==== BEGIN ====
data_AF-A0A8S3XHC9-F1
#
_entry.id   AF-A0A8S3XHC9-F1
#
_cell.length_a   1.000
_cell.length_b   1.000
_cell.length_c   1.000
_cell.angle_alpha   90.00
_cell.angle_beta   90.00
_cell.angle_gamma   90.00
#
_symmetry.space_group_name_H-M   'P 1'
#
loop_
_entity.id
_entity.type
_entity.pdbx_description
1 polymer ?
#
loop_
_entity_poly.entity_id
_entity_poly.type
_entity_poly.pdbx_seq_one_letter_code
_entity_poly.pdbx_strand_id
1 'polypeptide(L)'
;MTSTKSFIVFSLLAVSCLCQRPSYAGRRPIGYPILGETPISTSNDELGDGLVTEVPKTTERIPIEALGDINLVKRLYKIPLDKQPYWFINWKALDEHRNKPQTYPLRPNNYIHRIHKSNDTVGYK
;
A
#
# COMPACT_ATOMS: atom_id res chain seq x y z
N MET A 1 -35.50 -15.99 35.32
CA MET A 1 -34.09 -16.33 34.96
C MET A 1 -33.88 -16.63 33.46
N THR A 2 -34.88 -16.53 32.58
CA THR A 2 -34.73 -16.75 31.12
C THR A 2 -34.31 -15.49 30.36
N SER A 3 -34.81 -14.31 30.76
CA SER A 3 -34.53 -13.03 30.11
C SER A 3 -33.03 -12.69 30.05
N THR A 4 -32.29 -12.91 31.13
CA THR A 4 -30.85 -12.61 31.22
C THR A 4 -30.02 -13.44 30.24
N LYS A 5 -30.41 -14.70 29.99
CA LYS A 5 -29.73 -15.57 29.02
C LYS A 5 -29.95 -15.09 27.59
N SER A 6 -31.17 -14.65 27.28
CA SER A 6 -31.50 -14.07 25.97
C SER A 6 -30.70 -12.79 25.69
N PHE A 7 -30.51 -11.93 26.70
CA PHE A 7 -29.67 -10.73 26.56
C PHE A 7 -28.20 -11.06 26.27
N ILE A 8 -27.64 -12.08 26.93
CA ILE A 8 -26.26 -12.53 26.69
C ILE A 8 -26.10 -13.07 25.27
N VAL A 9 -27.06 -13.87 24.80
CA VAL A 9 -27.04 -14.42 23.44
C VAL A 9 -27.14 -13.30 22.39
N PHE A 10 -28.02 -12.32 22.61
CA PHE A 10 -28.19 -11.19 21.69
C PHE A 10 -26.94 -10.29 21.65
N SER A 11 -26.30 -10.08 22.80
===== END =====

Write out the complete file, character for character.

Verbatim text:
data_AF-A0A8S3XHC9-F1
#
_entry.id   AF-A0A8S3XHC9-F1
#
_cell.length_a   1.000
_cell.length_b   1.000
_cell.length_c   1.000
_cell.angle_alpha   90.00
_cell.angle_beta   90.00
_cell.angle_gamma   90.00
#
_symmetry.space_group_name_H-M   'P 1'
#
loop_
_entity.id
_entity.type
_entity.pdbx_description
1 polymer ?
#
loop_
_entity_poly.entity_id
_entity_poly.type
_entity_poly.pdbx_seq_one_letter_code
_entity_poly.pdbx_strand_id
1 'polypeptide(L)'
;MTSTKSFIVFSLLAVSCLCQRPSYAGRRPIGYPILGETPISTSNDELGDGLVTEVPKTTERIPIEALGDINLVKRLYKIPLDKQPYWFINWKALDEHRNKPQTYPLRPNNYIHRIHKSNDTVGYK
;
A
#
# COMPACT_ATOMS: atom_id res chain seq x y z
N MET A 1 -35.50 -15.99 35.32
CA MET A 1 -34.09 -16.33 34.96
C MET A 1 -33.88 -16.63 33.46
N THR A 2 -34.88 -16.53 32.58
CA THR A 2 -34.73 -16.75 31.12
C THR A 2 -34.31 -15.49 30.36
N SER A 3 -34.81 -14.31 30.76
CA SER A 3 -34.53 -13.03 30.11
C SER A 3 -33.03 -12.69 30.05
N THR A 4 -32.29 -12.91 31.13
CA THR A 4 -30.85 -12.61 31.22
C THR A 4 -30.02 -13.44 30.24
N LYS A 5 -30.41 -14.70 29.99
CA LYS A 5 -29.73 -15.57 29.02
C LYS A 5 -29.95 -15.09 27.59
N SER A 6 -31.17 -14.65 27.28
CA SER A 6 -31.50 -14.07 25.97
C SER A 6 -30.70 -12.79 25.69
N PHE A 7 -30.51 -11.93 26.70
CA PHE A 7 -29.67 -10.73 26.56
C PHE A 7 -28.20 -11.06 26.27
N ILE A 8 -27.64 -12.08 26.93
CA ILE A 8 -26.26 -12.53 26.69
C ILE A 8 -26.10 -13.07 25.27
N VAL A 9 -27.06 -13.87 24.80
CA VAL A 9 -27.04 -14.42 23.44
C VAL A 9 -27.14 -13.30 22.39
N PHE A 10 -28.02 -12.32 22.61
CA PHE A 10 -28.19 -11.19 21.69
C PHE A 10 -26.94 -10.29 21.65
N SER A 11 -26.30 -10.08 22.80